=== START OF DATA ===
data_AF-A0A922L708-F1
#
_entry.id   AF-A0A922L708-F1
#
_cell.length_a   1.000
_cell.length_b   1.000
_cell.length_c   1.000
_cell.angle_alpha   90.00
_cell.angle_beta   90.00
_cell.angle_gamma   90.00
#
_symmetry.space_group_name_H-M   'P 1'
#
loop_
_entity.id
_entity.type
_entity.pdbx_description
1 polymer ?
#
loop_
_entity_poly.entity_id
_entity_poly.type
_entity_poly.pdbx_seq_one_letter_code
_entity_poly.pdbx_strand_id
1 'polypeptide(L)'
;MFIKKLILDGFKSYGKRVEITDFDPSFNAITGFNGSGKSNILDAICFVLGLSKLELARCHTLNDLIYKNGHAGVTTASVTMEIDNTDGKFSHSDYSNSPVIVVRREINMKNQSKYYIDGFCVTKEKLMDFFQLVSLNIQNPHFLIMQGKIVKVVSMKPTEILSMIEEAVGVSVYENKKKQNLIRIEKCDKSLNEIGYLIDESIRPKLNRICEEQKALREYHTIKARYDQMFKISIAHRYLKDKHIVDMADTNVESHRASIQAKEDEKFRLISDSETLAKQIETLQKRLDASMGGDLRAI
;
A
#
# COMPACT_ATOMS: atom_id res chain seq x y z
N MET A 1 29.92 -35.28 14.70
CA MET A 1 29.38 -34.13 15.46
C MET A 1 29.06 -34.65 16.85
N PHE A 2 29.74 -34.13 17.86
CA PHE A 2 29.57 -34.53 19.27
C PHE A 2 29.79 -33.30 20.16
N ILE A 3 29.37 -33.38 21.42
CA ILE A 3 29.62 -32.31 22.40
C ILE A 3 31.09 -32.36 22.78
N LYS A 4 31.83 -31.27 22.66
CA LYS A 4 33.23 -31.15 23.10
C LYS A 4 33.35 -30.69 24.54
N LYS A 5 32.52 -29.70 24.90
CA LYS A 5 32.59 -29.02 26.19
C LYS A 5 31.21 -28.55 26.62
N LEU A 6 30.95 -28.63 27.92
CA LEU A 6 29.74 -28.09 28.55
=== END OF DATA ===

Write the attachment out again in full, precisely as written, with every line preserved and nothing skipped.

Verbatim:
data_AF-A0A922L708-F1
#
_entry.id   AF-A0A922L708-F1
#
_cell.length_a   1.000
_cell.length_b   1.000
_cell.length_c   1.000
_cell.angle_alpha   90.00
_cell.angle_beta   90.00
_cell.angle_gamma   90.00
#
_symmetry.space_group_name_H-M   'P 1'
#
loop_
_entity.id
_entity.type
_entity.pdbx_description
1 polymer ?
#
loop_
_entity_poly.entity_id
_entity_poly.type
_entity_poly.pdbx_seq_one_letter_code
_entity_poly.pdbx_strand_id
1 'polypeptide(L)'
;MFIKKLILDGFKSYGKRVEITDFDPSFNAITGFNGSGKSNILDAICFVLGLSKLELARCHTLNDLIYKNGHAGVTTASVTMEIDNTDGKFSHSDYSNSPVIVVRREINMKNQSKYYIDGFCVTKEKLMDFFQLVSLNIQNPHFLIMQGKIVKVVSMKPTEILSMIEEAVGVSVYENKKKQNLIRIEKCDKSLNEIGYLIDESIRPKLNRICEEQKALREYHTIKARYDQMFKISIAHRYLKDKHIVDMADTNVESHRASIQAKEDEKFRLISDSETLAKQIETLQKRLDASMGGDLRAI
;
A
#
# COMPACT_ATOMS: atom_id res chain seq x y z
N MET A 1 29.92 -35.28 14.70
CA MET A 1 29.38 -34.13 15.46
C MET A 1 29.06 -34.65 16.85
N PHE A 2 29.74 -34.13 17.86
CA PHE A 2 29.57 -34.53 19.27
C PHE A 2 29.79 -33.30 20.16
N ILE A 3 29.37 -33.38 21.42
CA ILE A 3 29.62 -32.31 22.40
C ILE A 3 31.09 -32.36 22.78
N LYS A 4 31.83 -31.27 22.66
CA LYS A 4 33.23 -31.15 23.10
C LYS A 4 33.35 -30.69 24.54
N LYS A 5 32.52 -29.70 24.90
CA LYS A 5 32.59 -29.02 26.19
C LYS A 5 31.21 -28.55 26.62
N LEU A 6 30.95 -28.63 27.92
CA LEU A 6 29.74 -28.09 28.55